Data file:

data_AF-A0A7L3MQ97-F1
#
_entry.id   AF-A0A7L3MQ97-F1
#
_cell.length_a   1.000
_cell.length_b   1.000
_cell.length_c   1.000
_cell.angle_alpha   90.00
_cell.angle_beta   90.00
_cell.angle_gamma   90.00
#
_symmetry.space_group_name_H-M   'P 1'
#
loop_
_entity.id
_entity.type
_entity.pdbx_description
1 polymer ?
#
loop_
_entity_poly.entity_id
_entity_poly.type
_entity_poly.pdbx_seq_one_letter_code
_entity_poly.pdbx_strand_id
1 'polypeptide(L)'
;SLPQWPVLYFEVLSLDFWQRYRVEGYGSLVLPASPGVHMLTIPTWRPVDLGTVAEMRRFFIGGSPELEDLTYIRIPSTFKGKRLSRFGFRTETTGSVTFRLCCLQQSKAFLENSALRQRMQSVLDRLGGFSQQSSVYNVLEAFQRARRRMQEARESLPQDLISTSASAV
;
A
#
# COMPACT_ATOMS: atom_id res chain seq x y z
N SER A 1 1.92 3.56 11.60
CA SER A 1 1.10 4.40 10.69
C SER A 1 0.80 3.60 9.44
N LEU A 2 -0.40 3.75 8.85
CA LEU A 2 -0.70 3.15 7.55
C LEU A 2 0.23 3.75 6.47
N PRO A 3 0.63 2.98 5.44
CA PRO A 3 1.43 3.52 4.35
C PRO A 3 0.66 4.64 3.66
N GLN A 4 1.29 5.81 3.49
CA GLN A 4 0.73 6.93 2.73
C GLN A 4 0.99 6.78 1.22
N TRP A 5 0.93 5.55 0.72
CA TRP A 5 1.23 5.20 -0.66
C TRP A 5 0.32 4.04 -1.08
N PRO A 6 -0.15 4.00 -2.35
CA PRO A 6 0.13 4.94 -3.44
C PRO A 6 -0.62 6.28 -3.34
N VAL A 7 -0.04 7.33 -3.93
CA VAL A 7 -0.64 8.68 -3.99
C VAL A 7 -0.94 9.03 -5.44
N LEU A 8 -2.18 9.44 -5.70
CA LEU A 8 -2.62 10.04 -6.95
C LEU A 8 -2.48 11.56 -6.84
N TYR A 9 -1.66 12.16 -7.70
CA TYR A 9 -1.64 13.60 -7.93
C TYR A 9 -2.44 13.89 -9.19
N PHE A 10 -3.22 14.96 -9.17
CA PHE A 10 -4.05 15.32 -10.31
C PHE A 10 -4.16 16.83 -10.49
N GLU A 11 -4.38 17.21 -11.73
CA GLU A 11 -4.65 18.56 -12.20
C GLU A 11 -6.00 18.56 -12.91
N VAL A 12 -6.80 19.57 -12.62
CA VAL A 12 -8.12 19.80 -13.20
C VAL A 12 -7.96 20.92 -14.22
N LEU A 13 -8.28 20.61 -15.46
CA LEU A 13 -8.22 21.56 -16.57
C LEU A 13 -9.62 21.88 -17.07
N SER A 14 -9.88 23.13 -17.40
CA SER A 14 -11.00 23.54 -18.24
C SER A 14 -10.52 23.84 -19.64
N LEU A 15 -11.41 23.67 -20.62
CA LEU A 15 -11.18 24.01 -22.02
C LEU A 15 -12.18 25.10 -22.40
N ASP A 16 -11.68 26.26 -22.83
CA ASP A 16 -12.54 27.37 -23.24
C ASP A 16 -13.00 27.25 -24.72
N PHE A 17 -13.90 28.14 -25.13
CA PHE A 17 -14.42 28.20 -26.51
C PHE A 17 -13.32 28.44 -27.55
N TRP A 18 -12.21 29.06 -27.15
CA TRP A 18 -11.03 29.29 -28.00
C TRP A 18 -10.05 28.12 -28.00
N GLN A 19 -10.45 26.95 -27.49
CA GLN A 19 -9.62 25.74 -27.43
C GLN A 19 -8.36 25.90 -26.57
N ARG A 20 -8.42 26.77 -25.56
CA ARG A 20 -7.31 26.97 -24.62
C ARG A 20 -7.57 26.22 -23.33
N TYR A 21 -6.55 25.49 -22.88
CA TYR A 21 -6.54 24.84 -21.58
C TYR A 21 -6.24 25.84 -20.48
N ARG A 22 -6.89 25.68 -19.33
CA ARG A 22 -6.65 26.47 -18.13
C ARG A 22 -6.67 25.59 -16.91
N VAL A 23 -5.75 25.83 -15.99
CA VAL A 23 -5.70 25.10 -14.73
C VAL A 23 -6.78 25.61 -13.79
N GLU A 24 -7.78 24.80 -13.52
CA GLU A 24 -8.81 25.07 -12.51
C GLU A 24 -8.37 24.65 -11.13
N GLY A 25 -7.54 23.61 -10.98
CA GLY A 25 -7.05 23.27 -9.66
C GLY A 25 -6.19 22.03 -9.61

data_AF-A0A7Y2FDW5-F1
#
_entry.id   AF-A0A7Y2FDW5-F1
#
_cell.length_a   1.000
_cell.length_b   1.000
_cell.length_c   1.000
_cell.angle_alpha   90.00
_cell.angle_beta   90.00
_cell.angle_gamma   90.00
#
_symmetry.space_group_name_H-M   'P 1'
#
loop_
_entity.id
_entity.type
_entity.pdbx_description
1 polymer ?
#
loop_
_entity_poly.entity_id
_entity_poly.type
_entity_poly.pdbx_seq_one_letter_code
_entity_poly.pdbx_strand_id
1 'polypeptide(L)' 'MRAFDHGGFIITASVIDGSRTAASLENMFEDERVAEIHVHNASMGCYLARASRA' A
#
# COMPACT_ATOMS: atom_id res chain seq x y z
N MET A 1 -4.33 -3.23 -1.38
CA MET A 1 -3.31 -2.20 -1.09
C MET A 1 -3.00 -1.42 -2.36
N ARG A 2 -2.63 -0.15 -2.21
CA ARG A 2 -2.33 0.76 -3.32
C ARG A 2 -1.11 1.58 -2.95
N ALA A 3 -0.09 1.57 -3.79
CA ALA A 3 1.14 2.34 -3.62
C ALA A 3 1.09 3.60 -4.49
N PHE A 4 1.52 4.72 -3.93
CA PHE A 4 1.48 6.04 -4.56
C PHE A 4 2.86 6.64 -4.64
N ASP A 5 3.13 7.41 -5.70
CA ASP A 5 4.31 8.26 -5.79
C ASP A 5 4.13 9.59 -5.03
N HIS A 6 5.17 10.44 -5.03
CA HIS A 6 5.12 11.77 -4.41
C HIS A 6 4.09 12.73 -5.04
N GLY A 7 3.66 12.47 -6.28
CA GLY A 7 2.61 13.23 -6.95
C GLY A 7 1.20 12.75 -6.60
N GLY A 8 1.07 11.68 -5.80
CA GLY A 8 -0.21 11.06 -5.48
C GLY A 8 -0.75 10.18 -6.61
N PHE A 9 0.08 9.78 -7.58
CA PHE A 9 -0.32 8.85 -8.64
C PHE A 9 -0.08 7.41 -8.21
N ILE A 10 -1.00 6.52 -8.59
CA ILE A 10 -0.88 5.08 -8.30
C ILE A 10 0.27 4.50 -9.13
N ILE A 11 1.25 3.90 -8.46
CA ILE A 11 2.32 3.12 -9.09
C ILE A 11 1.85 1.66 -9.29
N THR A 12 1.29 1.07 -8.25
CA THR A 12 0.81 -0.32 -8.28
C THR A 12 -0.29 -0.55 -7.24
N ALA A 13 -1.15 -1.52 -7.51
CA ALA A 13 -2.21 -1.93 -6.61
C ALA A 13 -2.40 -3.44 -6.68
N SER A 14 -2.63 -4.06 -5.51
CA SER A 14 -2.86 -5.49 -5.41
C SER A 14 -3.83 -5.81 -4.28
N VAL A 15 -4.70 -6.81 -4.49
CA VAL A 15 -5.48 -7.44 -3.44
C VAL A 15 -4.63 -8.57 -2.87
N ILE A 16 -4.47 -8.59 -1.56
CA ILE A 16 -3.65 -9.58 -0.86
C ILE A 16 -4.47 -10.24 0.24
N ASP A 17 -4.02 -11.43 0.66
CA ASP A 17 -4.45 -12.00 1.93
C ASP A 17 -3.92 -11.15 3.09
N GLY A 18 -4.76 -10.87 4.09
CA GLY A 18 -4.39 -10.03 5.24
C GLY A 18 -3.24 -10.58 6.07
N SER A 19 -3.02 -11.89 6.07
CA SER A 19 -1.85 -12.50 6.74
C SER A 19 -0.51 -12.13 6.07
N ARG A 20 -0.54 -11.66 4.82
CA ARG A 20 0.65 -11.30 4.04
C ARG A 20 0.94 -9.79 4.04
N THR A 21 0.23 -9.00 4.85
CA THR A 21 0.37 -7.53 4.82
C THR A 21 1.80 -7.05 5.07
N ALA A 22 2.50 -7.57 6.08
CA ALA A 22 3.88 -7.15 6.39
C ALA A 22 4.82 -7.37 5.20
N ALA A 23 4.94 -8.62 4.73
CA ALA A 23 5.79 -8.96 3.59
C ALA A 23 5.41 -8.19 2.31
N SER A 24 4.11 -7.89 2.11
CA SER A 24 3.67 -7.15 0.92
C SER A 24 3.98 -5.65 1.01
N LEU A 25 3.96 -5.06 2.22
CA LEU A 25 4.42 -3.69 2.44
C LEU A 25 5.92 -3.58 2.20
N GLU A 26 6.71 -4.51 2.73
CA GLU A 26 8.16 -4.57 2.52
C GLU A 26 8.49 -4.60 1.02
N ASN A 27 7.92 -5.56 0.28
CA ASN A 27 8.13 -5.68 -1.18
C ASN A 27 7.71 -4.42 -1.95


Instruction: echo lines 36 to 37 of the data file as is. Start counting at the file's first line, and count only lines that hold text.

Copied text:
C LEU A 2 0.23 3.75 6.47
N PRO A 3 0.63 2.98 5.44